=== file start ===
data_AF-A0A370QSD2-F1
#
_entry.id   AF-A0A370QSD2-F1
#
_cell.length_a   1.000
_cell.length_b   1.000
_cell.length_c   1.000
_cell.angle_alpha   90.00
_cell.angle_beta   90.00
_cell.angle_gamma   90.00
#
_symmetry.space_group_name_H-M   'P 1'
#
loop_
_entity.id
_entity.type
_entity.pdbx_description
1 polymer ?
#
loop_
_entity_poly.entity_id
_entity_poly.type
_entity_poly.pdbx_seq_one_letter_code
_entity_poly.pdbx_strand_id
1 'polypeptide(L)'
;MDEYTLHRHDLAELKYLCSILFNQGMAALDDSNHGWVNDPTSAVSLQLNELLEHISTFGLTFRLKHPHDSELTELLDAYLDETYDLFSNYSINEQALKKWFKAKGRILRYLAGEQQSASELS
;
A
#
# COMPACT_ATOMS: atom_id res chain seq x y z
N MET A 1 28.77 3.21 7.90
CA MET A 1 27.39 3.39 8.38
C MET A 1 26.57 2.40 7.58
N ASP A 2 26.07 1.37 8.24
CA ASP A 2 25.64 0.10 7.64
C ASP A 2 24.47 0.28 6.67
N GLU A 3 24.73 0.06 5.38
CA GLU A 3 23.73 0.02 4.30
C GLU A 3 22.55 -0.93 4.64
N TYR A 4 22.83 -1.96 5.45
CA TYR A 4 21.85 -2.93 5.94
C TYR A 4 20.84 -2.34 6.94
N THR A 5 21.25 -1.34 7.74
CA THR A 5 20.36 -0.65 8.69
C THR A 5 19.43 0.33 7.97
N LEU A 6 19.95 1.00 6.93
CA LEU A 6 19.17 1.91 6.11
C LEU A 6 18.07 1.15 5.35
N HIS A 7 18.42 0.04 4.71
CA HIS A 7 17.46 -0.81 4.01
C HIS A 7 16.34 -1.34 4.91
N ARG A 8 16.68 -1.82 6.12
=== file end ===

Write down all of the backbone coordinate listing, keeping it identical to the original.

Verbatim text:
data_AF-A0A370QSD2-F1
#
_entry.id   AF-A0A370QSD2-F1
#
_cell.length_a   1.000
_cell.length_b   1.000
_cell.length_c   1.000
_cell.angle_alpha   90.00
_cell.angle_beta   90.00
_cell.angle_gamma   90.00
#
_symmetry.space_group_name_H-M   'P 1'
#
loop_
_entity.id
_entity.type
_entity.pdbx_description
1 polymer ?
#
loop_
_entity_poly.entity_id
_entity_poly.type
_entity_poly.pdbx_seq_one_letter_code
_entity_poly.pdbx_strand_id
1 'polypeptide(L)'
;MDEYTLHRHDLAELKYLCSILFNQGMAALDDSNHGWVNDPTSAVSLQLNELLEHISTFGLTFRLKHPHDSELTELLDAYLDETYDLFSNYSINEQALKKWFKAKGRILRYLAGEQQSASELS
;
A
#
# COMPACT_ATOMS: atom_id res chain seq x y z
N MET A 1 28.77 3.21 7.90
CA MET A 1 27.39 3.39 8.38
C MET A 1 26.57 2.40 7.58
N ASP A 2 26.07 1.37 8.24
CA ASP A 2 25.64 0.10 7.64
C ASP A 2 24.47 0.28 6.67
N GLU A 3 24.73 0.06 5.38
CA GLU A 3 23.73 0.02 4.30
C GLU A 3 22.55 -0.93 4.64
N TYR A 4 22.83 -1.96 5.45
CA TYR A 4 21.85 -2.93 5.94
C TYR A 4 20.84 -2.34 6.94
N THR A 5 21.25 -1.34 7.74
CA THR A 5 20.36 -0.65 8.69
C THR A 5 19.43 0.33 7.97
N LEU A 6 19.95 1.00 6.93
CA LEU A 6 19.17 1.91 6.11
C LEU A 6 18.07 1.15 5.35
N HIS A 7 18.42 0.04 4.71
CA HIS A 7 17.46 -0.81 4.01
C HIS A 7 16.34 -1.34 4.91
N ARG A 8 16.68 -1.82 6.12